BERLIN – The notion requires something of an-apples-and-oranges leap, but President Vladimir Putin of Russia and Chancellor Angela Merkel of Germany may have more in common than their experience in the former East Germany and the ability to speak each other’s language. Both defy their critics by continuing to pursue policies that are bad for economic growth.
From their perspective, however, it may make sense to resist placing growth above other considerations.
Conventional wisdom holds that if gross domestic product is growing, a government must be doing something right, or at least nothing too wrong. If GDP drops 0.2 percent, as it did in Germany in the second quarter of this year, and especially if it goes down for two consecutive quarters — the formal definition of a recession — the government is supposed to do something about it.
Merkel is under pressure to borrow and spend more to address the slowdown. For Putin, who is faced with a potential recession, the course would be comply with Western demands on Ukraine and earn the lifting of economic sanctions.
The GDP, however, is a deeply flawed reflection of a nation’s welfare. Simon Kuznets, who laid the groundwork for the modern methods of GDP calculation, asked in a report to the U.S. Congress in 1934, “If the GDP is up, why is America down?”
He continued: “Distinctions must be kept in mind between quantity and quality of growth, between costs and returns, and between the short and long run. Goals for more growth should specify more growth of what and for what.” Both Merkel and Putin are trying to mind those distinctions.
In Germany, the low growth and threat of recession don’t necessarily mean living standards will deteriorate. Economics Minister Sigmar Gabriel forecast that the number of working Germans would increase by 325,000 this year, and by half as many more in 2015.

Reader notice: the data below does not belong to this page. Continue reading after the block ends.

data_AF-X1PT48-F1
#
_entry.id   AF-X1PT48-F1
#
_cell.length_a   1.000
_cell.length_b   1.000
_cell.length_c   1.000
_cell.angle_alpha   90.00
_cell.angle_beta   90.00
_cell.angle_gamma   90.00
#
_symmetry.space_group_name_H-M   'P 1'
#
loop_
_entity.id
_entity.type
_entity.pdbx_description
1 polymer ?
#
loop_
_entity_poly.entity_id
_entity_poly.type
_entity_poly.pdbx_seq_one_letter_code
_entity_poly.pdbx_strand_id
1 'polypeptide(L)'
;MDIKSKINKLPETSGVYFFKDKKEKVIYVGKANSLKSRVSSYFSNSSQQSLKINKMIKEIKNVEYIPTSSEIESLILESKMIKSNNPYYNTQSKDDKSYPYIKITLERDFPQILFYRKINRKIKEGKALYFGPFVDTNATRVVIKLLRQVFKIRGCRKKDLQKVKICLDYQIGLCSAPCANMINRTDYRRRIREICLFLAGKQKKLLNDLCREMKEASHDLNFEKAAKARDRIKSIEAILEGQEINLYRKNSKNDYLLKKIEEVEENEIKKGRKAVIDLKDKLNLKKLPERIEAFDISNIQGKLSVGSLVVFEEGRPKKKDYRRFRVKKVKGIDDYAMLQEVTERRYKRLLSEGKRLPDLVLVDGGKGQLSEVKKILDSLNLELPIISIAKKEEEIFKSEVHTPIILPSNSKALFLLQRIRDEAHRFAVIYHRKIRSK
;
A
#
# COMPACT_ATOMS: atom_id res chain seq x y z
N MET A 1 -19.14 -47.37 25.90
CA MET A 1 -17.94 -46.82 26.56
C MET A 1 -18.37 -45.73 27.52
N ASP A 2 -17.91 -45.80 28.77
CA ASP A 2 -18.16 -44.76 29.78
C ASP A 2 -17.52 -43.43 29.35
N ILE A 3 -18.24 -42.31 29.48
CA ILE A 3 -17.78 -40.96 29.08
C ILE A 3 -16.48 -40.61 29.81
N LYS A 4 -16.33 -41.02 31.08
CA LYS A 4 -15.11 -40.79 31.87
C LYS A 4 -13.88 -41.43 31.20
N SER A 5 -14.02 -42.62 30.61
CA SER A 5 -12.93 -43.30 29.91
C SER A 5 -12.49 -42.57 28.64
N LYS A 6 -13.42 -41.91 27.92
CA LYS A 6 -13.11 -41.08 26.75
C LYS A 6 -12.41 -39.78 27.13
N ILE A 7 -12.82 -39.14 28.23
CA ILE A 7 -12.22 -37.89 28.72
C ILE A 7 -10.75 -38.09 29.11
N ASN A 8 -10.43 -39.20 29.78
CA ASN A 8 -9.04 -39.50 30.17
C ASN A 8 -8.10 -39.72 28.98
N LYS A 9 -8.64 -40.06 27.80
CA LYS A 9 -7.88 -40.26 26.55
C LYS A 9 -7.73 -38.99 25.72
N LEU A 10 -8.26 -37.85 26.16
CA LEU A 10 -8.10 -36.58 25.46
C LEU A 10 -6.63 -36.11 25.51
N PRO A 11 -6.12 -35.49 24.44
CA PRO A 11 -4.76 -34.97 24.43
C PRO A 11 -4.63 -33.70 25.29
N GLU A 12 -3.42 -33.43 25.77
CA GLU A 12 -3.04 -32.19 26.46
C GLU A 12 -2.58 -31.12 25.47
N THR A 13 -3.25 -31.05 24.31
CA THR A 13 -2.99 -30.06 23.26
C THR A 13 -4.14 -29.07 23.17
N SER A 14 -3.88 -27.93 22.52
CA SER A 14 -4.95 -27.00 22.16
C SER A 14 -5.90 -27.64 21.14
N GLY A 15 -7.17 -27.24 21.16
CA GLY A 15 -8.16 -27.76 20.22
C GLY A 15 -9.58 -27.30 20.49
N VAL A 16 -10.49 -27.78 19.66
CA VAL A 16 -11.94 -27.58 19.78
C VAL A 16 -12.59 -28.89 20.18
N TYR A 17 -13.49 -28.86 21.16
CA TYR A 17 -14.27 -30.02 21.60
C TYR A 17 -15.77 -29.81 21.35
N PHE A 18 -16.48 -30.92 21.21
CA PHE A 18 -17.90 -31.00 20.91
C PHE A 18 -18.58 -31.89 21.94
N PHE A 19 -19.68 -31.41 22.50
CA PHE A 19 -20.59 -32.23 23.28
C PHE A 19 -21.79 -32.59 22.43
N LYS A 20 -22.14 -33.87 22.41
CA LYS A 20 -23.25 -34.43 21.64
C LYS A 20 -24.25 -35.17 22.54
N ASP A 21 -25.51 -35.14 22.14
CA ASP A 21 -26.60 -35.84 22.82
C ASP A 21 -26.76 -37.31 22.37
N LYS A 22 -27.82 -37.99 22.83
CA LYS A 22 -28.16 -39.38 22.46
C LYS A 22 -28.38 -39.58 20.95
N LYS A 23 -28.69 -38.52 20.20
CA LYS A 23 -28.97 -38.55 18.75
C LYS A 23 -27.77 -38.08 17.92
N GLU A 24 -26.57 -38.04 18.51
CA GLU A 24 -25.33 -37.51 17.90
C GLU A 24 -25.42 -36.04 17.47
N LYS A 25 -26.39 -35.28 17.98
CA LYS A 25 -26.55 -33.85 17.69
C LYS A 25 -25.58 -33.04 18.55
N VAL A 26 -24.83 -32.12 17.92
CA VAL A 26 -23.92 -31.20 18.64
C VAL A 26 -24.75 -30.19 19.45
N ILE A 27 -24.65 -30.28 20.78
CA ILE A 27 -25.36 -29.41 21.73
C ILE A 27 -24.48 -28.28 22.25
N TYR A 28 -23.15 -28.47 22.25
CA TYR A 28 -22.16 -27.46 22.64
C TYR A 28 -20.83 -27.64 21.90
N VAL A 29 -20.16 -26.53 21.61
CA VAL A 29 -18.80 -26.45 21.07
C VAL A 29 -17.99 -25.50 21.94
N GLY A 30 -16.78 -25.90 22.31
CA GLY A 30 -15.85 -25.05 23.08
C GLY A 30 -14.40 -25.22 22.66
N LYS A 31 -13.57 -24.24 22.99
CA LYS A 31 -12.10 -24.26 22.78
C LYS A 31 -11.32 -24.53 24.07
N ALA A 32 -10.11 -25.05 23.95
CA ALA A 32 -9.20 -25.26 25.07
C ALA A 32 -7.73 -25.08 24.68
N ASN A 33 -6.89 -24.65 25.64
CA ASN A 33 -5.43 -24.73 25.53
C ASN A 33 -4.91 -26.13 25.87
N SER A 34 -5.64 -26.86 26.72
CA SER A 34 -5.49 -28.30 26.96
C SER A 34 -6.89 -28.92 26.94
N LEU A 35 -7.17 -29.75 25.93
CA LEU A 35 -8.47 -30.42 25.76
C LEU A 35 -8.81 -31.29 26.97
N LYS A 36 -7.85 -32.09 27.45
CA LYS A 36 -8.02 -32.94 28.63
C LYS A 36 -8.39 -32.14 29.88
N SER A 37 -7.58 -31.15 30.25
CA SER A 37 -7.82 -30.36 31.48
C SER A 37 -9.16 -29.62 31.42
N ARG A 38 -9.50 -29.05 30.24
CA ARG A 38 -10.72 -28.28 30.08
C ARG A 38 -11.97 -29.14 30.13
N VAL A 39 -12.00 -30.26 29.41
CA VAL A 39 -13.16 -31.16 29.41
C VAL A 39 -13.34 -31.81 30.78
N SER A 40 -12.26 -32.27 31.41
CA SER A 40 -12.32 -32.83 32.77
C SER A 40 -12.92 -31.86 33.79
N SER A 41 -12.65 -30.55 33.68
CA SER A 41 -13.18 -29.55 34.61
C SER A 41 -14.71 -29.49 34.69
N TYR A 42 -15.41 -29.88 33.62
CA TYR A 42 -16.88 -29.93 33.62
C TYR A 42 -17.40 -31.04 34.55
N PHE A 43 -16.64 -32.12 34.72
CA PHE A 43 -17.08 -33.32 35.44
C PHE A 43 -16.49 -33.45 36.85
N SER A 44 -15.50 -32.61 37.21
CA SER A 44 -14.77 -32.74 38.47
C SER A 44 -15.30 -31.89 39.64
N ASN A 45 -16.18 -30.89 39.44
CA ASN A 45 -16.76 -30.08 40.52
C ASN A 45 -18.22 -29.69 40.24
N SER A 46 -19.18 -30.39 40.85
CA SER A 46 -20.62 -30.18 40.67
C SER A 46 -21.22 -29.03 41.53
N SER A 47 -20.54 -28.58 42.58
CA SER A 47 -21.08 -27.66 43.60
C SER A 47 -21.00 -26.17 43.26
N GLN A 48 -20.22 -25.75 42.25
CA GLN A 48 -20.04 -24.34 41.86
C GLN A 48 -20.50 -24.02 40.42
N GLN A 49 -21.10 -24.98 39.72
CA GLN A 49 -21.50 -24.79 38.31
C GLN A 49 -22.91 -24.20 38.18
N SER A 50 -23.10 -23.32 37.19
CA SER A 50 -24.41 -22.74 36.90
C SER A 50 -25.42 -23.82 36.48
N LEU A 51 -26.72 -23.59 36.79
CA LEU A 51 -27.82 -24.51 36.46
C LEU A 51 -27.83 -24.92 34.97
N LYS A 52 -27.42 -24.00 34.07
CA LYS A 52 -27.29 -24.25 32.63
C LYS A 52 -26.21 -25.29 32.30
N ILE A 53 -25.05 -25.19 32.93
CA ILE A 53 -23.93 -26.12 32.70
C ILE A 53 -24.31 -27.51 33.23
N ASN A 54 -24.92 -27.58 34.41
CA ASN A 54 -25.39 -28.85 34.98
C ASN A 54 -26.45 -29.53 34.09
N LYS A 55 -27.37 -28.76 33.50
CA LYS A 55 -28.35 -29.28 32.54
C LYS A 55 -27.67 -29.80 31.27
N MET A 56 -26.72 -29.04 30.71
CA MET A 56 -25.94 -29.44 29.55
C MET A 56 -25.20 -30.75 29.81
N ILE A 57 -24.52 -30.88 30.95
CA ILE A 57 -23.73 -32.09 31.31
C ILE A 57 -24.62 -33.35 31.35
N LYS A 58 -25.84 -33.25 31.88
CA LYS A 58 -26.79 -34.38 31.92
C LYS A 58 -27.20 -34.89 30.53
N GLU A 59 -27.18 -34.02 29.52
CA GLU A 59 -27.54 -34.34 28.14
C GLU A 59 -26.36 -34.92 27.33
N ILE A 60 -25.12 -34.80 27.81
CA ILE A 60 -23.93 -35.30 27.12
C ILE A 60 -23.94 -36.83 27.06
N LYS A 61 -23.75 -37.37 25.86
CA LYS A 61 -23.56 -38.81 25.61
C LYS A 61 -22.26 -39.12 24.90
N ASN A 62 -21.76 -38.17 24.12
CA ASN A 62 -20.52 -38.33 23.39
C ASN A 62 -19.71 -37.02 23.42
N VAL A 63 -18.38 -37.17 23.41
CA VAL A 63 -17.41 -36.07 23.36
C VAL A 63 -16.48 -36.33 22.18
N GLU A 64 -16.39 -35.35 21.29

At the same time, he said, the number of unemployed would stay at 2.9 million, or about 4.9 percent. Net wages per employee will increase by 2.6 percent this year and by 2.7 percent next year.
With such numbers in hand, German officials must be asking themselves what would be achieved if they gave in to the growing demands from both home and abroad to resort to deficit spending.
German officials must weigh two calculations. First, there’s Merkel’s longstanding promise to balance the budget and begin net borrowing by 2015. That is important politically because Germans are a financially prudent nation with one of the highest household saving rates, and because German culture puts an emphasis on responsibility and keeping promises.
It is also a matter of strategy for Merkel, who has emerged as the de facto leader of the European Union and is attempting to lead by example. France is pushing to be allowed to disregard European deficit rules, and Italy is pressing for more latitude in spending.
A German turnaround might send the wrong signal and could be seen as a betrayal by Austria and the Netherlands, which have sided with Germany on the need for deficit reduction.
On the other hand, there is the possibility that some debt-driven spending by Germany could revive GDP growth in the short term. Merkel has indicated that she sees that kind of growth as just meaningless statistics.
In addition, she may find it difficult to understand why she earns praise for taking a principled stand on sanctions against Russia, which put a damper on growth, but is scolded for being similarly conscientious about fiscal responsibility, another brake on GDP numbers.
Putin’s calculus is different. He has often bragged about Russia’s 7 percent annual expansion between 2000 and 2008, but he knew that much of that was attributable to high raw materials prices.
Natural resources revenue accounts for 18.7 percent of Russia’s GDP, and the windfall from oil, gas and metals long enabled Russia to show spectacular growth. The GDP numbers must seem ephemeral to Putin because they are so dependent on unpredictable external factors beyond his control.
So instead of pursuing policies in response to the economy’s performance, Putin is tightening his grip on power and stepping up propaganda efforts to weather the lean times ahead.
To a certain extent, the weakening of oil prices plays into his hands politically: A majority of Russians believes the West is waging a war on their country and many are willing to accept some hardship. Besides, even lower oil prices give Putin plenty of wealth to distribute to public sector and security service workers, who make up his support base.
There is no reason for Putin to fight for fractions of a percentage point in GDP growth by conceding any ground to the West. As with Merkel, it is a matter of cost and return.
Leonid Bershidsky (firstname.lastname@example.org) is a Berlin-based contributor to Bloomberg View.
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